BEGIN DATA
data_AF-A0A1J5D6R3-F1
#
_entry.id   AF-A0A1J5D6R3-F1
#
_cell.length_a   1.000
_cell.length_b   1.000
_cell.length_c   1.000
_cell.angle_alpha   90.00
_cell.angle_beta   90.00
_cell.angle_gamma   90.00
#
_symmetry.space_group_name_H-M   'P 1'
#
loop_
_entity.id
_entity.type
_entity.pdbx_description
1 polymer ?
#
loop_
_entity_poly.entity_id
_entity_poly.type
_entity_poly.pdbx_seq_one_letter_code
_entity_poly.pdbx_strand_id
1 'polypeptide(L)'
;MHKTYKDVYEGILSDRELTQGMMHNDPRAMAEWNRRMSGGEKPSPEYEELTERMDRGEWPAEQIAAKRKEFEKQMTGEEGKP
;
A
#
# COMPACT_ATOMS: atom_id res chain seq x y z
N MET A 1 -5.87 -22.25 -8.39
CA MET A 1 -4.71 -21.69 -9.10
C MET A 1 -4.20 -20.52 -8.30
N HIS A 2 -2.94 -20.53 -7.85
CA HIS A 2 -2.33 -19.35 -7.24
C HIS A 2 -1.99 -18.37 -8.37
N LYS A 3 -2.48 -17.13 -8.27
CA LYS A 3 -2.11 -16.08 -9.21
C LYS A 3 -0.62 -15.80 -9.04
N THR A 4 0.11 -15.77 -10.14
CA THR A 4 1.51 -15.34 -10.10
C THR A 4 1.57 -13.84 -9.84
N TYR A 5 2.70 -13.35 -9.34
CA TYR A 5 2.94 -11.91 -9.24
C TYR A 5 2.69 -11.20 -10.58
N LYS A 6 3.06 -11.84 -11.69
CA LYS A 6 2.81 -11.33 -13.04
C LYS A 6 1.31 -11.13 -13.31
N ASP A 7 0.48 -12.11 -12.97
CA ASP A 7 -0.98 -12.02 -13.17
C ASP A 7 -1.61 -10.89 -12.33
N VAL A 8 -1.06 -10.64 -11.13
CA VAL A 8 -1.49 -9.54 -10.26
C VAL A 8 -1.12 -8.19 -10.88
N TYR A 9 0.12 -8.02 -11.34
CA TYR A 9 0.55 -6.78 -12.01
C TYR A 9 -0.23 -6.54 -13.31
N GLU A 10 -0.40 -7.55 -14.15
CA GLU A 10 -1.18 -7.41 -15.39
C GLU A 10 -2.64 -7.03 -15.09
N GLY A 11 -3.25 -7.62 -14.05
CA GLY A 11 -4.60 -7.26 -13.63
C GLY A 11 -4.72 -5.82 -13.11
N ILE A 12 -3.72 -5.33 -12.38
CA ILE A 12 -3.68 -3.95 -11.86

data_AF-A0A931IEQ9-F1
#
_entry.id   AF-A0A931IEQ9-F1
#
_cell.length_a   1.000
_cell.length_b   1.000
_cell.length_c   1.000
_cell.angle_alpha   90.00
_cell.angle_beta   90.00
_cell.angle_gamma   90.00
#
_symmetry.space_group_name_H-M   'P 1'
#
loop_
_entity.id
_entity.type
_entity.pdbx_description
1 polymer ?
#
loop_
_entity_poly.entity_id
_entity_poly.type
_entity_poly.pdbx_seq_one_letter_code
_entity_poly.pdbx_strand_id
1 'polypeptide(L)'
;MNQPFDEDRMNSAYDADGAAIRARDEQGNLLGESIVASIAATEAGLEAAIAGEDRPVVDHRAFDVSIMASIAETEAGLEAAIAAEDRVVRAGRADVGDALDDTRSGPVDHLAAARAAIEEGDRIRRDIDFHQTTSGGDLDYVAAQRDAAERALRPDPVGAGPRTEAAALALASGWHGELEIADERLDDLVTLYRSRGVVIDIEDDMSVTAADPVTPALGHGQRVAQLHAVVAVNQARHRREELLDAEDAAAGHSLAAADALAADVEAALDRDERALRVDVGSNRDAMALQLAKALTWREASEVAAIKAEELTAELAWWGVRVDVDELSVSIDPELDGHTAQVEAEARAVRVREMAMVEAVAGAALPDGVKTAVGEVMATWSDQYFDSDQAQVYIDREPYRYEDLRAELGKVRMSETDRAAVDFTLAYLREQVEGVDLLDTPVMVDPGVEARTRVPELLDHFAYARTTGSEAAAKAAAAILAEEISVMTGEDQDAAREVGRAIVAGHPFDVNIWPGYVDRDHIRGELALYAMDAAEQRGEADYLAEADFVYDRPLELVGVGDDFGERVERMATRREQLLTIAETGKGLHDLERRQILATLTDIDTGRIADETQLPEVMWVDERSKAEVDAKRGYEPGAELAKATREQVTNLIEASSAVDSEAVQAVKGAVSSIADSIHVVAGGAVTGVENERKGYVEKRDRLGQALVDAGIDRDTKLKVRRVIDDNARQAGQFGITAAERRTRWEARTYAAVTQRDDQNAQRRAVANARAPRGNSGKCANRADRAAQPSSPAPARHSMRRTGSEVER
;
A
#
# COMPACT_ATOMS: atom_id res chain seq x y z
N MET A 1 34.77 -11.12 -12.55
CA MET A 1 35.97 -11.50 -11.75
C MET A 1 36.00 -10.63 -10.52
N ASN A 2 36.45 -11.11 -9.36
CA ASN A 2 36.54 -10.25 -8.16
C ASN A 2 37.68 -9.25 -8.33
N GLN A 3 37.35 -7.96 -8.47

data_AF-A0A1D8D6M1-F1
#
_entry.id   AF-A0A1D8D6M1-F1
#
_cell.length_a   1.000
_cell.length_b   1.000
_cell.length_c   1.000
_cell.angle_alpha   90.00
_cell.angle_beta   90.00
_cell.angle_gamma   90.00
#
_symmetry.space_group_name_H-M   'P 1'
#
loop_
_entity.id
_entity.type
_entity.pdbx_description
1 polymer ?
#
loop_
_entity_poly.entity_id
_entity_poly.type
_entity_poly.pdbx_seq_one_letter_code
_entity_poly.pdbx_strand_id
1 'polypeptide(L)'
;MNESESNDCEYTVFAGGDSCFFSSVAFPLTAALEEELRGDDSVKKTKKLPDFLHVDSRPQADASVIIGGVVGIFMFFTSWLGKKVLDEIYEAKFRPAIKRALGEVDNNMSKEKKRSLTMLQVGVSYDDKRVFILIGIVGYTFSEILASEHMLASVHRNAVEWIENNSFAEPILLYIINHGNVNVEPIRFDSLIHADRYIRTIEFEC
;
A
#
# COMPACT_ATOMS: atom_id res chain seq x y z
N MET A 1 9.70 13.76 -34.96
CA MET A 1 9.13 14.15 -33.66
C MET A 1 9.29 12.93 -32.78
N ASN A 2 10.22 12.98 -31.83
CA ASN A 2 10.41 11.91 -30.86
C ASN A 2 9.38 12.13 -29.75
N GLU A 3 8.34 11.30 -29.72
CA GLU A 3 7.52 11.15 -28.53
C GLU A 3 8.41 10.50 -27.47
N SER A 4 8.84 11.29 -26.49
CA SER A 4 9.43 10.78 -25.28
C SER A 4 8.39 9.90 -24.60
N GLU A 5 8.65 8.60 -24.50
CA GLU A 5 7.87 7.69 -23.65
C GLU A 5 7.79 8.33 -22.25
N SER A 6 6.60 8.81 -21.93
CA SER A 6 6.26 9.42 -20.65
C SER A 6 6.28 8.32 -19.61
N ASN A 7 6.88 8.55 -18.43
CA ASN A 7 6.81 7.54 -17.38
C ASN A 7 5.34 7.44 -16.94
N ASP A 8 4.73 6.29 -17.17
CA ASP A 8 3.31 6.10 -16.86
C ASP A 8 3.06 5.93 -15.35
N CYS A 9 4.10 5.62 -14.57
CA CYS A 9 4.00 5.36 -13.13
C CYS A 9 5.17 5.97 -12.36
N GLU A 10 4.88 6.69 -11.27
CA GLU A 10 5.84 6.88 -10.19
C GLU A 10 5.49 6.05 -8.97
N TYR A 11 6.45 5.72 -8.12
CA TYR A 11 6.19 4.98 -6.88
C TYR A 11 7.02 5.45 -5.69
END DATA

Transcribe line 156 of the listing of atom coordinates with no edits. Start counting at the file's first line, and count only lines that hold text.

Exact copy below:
C ASP A 8 3.06 5.93 -15.35